Diversity seems to be the topic of everyone’s mind today, and yet many companies don’t seem to be fully diverse as they would like. More often than not, the lack of diversity is not due to some sort of hidden malice. Creating diversity for your business is difficult, and there are a lot of technical issues that you will need to avoid in the process.

4 reasons your business is not as diverse as it could be

If you want your business to be diverse, you will need to be prepared to open your mind and make the necessary changes. Here are some pitfalls you might encounter along the way:

1. Lack of diverse leadership

Diversity should not be top-down or top-down – it should apply unilaterally to an organization. If your leadership is not diversified, diversify other areas of your business is going to be much more difficult. A diverse top management will naturally guide a company towards diversity as a whole, while an undiversified leadership can stay focused on other priorities.

The lack of diverse leadership in a business is a simple principle that is one of the biggest barriers to diversity today. According to a report by DiversityJobs, about 78% of senior managers are men and 85% are white. The sooner these numbers start to swell and change, the sooner the impact will be felt at all levels of an organization.

Put the wheel in motion at the top

Think about diversifying your business leadership as well as setting the wheel in motion: the action itself will continue to affect change well beyond the C-suite.

2. Focus only on employees

The inescapable definition of professional diversity is to have a diverse team. But building a diverse team isn’t the only thing a business can do to support a more diverse world. You can’t just be a diverse outpost in a seamless landscape. Your business should seek to encourage and strengthen diversity well beyond its walls.

Consider the whole landscape of your business

Think about all the vendors, vendors, and partners that you currently manage. Do they all meet your own diversity standards? This is a question that more and more companies are forced to ask themselves. For this reason, Certifiable diversity – a platform that connects businesses with various vendors in their field or industry – has grown so much recently.

The new frontier of diversity

It may take a little help, but emphasizing the “greater good of diversity” beyond your business is the new frontier of diversity.

3. Too narrow a definition of “diversity”

It is important to have a business in which ethnicities, cultures and genders are well represented. However, these are not the only factors that help determine a person’s identity.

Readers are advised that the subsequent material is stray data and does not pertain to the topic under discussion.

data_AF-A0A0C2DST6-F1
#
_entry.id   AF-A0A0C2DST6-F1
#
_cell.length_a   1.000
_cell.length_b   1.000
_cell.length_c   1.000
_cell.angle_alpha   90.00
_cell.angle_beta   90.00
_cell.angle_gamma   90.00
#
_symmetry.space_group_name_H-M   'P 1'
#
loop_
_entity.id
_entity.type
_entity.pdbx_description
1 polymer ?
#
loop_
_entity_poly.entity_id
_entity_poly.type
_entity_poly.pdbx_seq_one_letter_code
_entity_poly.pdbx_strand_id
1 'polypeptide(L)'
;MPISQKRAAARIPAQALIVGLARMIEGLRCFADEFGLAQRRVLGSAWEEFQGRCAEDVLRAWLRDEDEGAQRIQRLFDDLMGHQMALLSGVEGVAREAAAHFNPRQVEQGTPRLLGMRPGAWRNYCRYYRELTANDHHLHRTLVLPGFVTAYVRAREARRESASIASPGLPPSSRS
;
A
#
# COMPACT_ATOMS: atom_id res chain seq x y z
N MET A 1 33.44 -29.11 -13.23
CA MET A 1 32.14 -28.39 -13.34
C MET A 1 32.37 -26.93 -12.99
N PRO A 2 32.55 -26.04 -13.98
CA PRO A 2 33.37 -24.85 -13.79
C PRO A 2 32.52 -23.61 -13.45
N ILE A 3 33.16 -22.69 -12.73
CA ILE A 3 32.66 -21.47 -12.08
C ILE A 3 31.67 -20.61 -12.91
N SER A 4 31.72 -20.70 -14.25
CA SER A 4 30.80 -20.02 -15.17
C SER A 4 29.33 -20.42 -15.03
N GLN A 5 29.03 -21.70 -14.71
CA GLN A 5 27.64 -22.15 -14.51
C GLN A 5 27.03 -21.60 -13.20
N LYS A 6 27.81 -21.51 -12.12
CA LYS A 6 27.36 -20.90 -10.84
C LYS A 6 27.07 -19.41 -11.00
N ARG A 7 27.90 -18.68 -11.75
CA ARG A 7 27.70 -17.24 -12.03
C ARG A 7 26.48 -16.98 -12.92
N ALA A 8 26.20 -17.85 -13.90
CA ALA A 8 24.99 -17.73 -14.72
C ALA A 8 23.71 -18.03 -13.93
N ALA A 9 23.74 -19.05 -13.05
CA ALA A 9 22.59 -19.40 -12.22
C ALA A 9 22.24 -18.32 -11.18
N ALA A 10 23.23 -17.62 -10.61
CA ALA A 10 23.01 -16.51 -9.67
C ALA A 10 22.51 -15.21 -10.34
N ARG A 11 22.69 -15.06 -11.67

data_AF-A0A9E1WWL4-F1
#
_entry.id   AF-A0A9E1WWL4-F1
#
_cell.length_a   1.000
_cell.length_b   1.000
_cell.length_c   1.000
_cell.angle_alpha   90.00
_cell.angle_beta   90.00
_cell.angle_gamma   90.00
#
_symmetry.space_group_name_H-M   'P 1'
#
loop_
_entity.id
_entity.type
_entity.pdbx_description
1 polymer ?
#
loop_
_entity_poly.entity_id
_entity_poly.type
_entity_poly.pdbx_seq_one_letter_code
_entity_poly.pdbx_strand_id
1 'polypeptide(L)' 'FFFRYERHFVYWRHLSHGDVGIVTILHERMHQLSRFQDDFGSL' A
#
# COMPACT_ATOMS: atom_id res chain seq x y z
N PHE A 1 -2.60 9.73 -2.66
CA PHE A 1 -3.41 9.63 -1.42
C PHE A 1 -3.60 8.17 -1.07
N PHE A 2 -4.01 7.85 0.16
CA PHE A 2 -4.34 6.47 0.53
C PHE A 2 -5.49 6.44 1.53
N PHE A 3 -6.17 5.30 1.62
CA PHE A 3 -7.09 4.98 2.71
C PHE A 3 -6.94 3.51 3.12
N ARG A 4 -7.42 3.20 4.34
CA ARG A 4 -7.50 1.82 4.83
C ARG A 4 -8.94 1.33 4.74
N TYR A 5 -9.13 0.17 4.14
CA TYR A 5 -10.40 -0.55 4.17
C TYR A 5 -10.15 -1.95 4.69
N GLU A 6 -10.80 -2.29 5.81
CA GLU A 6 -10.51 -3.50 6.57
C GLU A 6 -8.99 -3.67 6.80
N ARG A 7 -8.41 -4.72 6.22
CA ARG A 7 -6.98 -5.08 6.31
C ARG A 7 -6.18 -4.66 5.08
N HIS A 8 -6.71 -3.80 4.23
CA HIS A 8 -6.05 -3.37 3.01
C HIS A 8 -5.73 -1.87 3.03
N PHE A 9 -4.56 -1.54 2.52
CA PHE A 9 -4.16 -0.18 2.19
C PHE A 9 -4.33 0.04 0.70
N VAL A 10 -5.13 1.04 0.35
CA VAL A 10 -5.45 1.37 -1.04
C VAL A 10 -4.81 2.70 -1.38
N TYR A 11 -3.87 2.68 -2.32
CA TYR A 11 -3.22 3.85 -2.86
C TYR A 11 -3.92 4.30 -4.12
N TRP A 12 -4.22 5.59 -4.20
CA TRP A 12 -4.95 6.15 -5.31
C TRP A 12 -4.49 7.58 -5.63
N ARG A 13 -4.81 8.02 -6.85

No less important are factors such as age, socio-economic background or religious beliefs. These qualities can all contribute to offices that truly embrace a multiplicity of perspectives.

Your end diversity goal shouldn’t be just to make your business more like the world at large. You also need to consider as many factors as possible regarding what makes an office truly diverse? How do you represent your company to yourself, your employees and the world?

4. Homogeneous optics

Businesses owned by people of color have a long history, which spans good in the present – to hide the diversity of their founders or employees in order to “integrate”.

The front end of businesses – salespeople, spokespersons, recruiters, etc. is predominantly white. Where is it? Have we only shown a ‘white face’ and has business success really been achieved with more people of color at the top than we think?

It’s time to see the truth. Many had to hide their origins, nationality, color, etc. to fit in is a sad comment on all of us. This fact alone can stifle diversity efforts inside and outside your business.

The key here is to make sure that your business looks as diverse as it really is; show your diversity as the asset it really is.

The diversity is something that should be researched, but be sure to avoid these pitfalls along the way.

A truly diverse business is one that is ready to take on whatever challenge the modern world throws at it – everyone works together with every effort possible. Isn’t that something worth investing in?

Image Credit: fauxels; pexels; Thank you!

Deanna ritchie

Editor-in-chief at ReadWrite

Deanna is the editor of ReadWrite. Previously, she worked as an editor for Startup Grind and has over 20 years of experience in content management and content development.

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